STARKVILLE, Miss., - For the first time in Dan Mullen's tenure at Mississippi State the Bulldogs entered the offseason coming off a loss.
In fact, MSU might want to erase most of the last half of the 2012 slate. The Bulldogs began the year reeling off seven straight victories but struggled down the stretch losing five of their final six games including a 34-20 loss to Northwestern in the Gator Bowl.
"This is the first year we hadn't won our last game of the season," Mullen said. "I do think with a lot of guys here, it is a motivating factor for them coming into spring. They are not pleased with how the last year ended. "Sometimes it will put a little bit of a chip on their shoulder. They got a little more 'umph' to them out there on the field because they kind of have that chip on their shoulder with how last year ended."
The good news is that expectations have certainly changed under Mullen's watch. State had only been to 13 bowl games before his arrival in 2009 but has been to three straight, winning two.
The Bulldogs have also invested $100 million in two major facility upgrades for the program. The $25 million Seal football complex opened its doors in January and construction is underway on a $75 million renovation to Davis Wade Stadium set to be completed by the 2014 season opener.
Mississippi State's work this spring was hindered by several injuries to key personnel, especially on the offensive side of the ball. Back-up quarterback Dak Prescott and second string running back Nick Griffin both missed the entire spring while recovering offseason surgeries. Tailbacks LaDarius Perkins and Josh Robinson also missed a chunk of practices due to injury as well.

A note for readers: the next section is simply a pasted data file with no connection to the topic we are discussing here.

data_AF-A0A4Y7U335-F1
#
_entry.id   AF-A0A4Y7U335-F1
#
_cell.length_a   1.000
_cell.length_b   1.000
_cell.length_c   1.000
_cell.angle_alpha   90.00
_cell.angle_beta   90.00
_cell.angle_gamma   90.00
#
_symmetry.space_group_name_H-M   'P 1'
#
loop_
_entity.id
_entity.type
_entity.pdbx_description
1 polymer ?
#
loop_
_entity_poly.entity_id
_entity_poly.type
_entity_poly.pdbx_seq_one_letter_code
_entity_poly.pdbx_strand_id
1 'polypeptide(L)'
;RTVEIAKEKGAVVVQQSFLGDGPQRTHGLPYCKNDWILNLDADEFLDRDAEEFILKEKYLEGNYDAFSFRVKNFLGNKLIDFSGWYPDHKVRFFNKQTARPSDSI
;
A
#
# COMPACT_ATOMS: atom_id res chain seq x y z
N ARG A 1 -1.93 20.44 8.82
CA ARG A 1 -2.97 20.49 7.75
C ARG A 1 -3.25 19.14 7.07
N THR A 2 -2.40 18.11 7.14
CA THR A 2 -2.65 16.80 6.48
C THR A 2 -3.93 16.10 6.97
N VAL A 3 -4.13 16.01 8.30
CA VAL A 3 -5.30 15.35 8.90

Rising senior Tyler Russell was the only scholarship quarterback available this spring with the second and third team reps going to walk-ons Sam Cowart and Josh Hand. MSU signed two signal callers in February in four-star Cord Sandberg and three-star Damian Williams and hope to have both in camp this fall. Sandberg is considered a top MLB prospect and is likely to be selected high in June's draft.
The spring gave the Bulldogs a chance to implement some defensive changes brought on by new full-time coordinator Geoff Collins. Collins shared the role with Chris Wilson for the past two seasons before Wilson departed for Georgia.
"We've come out here any played in the scrimmages with a lot of juice and that's been positive," Collins said. "We've thrown a lot at them this spring schematically and they've picked it up well. The biggest thing is just playing hard, being physical and having energy and enthusiasm. That's what we've been preaching. Some days it's been better than others and we've got to get that to be a consistent theme of the defense."
The defensive staff changes also included bringing back former defensive line coach David Turner from Kentucky and also two-time Super Bowl champion Deshea Townsend to coach the cornerbacks.